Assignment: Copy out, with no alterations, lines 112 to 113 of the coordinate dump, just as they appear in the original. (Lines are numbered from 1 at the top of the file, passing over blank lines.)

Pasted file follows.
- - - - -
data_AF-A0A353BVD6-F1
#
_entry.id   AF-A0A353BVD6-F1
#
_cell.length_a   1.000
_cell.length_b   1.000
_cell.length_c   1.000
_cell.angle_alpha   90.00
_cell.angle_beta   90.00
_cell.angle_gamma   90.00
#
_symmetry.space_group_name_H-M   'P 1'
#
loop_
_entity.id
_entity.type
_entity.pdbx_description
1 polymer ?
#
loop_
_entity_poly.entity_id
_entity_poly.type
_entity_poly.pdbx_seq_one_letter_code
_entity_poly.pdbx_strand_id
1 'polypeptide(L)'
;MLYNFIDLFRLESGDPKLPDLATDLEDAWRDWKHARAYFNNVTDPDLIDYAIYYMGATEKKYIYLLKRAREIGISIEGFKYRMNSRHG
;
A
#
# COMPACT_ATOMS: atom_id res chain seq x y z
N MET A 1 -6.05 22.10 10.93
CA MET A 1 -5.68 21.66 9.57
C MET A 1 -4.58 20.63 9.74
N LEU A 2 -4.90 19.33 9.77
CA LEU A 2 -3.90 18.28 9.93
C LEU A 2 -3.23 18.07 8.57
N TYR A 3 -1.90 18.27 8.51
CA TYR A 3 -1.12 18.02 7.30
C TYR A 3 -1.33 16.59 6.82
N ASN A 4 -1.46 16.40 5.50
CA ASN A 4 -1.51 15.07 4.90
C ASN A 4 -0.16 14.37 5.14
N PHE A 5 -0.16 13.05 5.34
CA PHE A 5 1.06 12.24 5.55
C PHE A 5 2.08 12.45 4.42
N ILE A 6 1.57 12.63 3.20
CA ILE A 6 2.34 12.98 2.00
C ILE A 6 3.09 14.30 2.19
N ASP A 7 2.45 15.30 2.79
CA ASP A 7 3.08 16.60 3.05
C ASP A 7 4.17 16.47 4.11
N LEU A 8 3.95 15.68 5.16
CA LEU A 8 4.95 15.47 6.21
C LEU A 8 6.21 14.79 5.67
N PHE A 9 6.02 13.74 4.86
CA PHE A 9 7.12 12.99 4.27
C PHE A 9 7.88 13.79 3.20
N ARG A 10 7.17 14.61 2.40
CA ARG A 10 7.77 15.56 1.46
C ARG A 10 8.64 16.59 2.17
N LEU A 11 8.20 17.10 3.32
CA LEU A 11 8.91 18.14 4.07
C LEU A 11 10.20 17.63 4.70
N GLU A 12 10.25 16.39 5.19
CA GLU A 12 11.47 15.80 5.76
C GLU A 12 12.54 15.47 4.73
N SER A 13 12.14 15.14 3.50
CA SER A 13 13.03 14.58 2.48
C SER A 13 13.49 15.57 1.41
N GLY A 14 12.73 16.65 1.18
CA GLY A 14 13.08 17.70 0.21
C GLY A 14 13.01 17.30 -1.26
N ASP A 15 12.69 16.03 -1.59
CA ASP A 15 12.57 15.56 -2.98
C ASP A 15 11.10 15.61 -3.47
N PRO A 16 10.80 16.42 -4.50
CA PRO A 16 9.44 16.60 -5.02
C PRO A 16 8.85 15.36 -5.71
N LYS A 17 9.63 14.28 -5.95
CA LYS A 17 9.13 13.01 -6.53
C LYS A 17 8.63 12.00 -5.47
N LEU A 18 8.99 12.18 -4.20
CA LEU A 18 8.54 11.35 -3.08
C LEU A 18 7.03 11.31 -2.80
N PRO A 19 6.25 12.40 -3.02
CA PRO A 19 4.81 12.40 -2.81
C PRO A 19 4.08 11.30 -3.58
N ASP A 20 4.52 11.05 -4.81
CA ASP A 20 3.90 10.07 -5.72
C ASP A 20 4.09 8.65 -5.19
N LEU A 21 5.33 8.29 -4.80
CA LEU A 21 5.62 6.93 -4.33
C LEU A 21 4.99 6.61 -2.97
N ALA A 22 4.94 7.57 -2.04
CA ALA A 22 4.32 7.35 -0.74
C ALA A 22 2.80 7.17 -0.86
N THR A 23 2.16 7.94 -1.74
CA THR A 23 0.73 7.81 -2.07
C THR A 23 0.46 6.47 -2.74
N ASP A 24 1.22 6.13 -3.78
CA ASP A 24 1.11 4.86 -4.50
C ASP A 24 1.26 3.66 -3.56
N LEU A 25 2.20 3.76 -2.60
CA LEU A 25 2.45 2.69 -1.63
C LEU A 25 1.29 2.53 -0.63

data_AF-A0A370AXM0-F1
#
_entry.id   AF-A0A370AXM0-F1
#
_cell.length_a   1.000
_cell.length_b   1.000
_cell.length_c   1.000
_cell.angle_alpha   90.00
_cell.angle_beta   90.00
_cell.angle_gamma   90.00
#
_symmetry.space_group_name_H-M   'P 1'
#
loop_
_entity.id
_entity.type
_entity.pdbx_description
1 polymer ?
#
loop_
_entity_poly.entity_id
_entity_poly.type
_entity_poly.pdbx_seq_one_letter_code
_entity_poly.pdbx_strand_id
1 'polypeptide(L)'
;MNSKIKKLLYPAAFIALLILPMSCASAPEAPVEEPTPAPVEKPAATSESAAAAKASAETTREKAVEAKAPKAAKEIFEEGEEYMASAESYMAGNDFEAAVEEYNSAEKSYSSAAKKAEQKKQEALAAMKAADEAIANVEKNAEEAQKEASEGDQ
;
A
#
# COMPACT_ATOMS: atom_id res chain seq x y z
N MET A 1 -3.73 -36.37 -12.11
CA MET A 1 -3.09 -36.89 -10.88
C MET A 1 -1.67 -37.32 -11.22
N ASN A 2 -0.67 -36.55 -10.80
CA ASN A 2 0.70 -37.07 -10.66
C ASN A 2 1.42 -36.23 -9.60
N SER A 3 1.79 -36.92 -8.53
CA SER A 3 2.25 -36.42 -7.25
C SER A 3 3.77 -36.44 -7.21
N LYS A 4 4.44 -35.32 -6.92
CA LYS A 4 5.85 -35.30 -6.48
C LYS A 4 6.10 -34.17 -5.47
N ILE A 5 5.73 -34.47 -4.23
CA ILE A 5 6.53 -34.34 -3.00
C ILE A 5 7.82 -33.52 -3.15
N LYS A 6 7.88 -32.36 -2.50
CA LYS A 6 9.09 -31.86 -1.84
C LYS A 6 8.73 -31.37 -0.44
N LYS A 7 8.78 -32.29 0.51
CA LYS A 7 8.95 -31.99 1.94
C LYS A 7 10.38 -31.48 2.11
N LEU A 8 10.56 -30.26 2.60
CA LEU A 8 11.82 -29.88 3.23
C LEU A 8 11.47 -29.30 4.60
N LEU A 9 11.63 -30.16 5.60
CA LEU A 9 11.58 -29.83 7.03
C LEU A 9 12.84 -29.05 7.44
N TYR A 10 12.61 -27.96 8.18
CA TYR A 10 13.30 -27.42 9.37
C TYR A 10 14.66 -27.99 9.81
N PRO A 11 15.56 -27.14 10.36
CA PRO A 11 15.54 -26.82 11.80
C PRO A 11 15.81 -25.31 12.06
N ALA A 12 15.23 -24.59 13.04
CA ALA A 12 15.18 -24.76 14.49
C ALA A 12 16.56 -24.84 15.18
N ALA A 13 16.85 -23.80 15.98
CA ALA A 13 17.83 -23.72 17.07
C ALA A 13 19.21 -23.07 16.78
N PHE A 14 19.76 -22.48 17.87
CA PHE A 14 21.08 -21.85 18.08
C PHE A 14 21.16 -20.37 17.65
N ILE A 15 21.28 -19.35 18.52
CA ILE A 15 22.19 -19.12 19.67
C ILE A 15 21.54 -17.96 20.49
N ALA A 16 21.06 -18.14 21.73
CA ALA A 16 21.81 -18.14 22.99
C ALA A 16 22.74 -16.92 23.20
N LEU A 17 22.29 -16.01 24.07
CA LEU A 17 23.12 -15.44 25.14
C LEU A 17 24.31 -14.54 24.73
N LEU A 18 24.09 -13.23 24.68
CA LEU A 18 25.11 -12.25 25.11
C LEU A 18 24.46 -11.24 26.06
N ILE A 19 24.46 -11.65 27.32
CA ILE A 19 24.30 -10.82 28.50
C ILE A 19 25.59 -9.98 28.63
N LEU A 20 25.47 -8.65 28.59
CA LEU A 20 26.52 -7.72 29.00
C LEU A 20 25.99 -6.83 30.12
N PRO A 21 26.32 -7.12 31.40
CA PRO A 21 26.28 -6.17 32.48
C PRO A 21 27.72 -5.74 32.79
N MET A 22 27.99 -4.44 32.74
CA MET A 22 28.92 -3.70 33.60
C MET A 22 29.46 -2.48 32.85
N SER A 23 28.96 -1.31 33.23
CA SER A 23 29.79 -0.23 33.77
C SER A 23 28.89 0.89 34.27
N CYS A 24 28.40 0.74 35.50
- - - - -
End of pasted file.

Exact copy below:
_cell.length_c   1.000
_cell.angle_alpha   90.00